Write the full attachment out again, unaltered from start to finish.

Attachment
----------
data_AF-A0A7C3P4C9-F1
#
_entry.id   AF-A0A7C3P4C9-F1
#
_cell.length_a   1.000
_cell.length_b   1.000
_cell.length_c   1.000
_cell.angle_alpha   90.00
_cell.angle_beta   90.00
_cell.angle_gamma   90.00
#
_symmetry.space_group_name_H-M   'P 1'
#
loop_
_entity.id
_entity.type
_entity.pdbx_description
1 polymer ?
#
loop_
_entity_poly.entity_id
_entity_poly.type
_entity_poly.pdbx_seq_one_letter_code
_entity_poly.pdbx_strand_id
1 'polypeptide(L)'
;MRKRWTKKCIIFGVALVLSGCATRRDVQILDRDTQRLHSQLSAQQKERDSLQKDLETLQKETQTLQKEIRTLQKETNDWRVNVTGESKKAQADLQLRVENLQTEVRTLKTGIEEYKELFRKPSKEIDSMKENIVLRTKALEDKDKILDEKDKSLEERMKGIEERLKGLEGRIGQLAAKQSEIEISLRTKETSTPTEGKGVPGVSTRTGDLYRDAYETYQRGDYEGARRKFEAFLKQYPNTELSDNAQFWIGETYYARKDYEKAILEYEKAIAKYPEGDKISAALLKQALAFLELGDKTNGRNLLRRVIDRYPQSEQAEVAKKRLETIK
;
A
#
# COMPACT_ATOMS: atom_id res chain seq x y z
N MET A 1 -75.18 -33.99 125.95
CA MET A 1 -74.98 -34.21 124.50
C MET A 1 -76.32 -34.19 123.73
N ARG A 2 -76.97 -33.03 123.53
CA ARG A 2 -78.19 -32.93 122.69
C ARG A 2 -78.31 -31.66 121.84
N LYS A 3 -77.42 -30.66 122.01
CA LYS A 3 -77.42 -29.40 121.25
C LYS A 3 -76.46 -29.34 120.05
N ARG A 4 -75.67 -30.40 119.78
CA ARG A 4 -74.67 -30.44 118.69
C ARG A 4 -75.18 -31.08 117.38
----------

data_AF-A0A7C3P4C9-F1
#
_entry.id   AF-A0A7C3P4C9-F1
#
_cell.length_a   1.000
_cell.length_b   1.000
_cell.length_c   1.000
_cell.angle_alpha   90.00
_cell.angle_beta   90.00
_cell.angle_gamma   90.00
#
_symmetry.space_group_name_H-M   'P 1'
#
loop_
_entity.id
_entity.type
_entity.pdbx_description
1 polymer ?
#
loop_
_entity_poly.entity_id
_entity_poly.type
_entity_poly.pdbx_seq_one_letter_code
_entity_poly.pdbx_strand_id
1 'polypeptide(L)'
;MRKRWTKKCIIFGVALVLSGCATRRDVQILDRDTQRLHSQLSAQQKERDSLQKDLETLQKETQTLQKEIRTLQKETNDWRVNVTGESKKAQADLQLRVENLQTEVRTLKTGIEEYKELFRKPSKEIDSMKENIVLRTKALEDKDKILDEKDKSLEERMKGIEERLKGLEGRIGQLAAKQSEIEISLRTKETSTPTEGKGVPGVSTRTGDLYRDAYETYQRGDYEGARRKFEAFLKQYPNTELSDNAQFWIGETYYARKDYEKAILEYEKAIAKYPEGDKISAALLKQALAFLELGDKTNGRNLLRRVIDRYPQSEQAEVAKKRLETIK
;
A
#
# COMPACT_ATOMS: atom_id res chain seq x y z
N MET A 1 -75.18 -33.99 125.95
CA MET A 1 -74.98 -34.21 124.50
C MET A 1 -76.32 -34.19 123.73
N ARG A 2 -76.97 -33.03 123.53
CA ARG A 2 -78.19 -32.93 122.69
C ARG A 2 -78.31 -31.66 121.84
N LYS A 3 -77.42 -30.66 122.01
CA LYS A 3 -77.42 -29.40 121.25
C LYS A 3 -76.46 -29.34 120.05
N ARG A 4 -75.67 -30.40 119.78
CA ARG A 4 -74.67 -30.44 118.69
C ARG A 4 -75.18 -31.08 117.38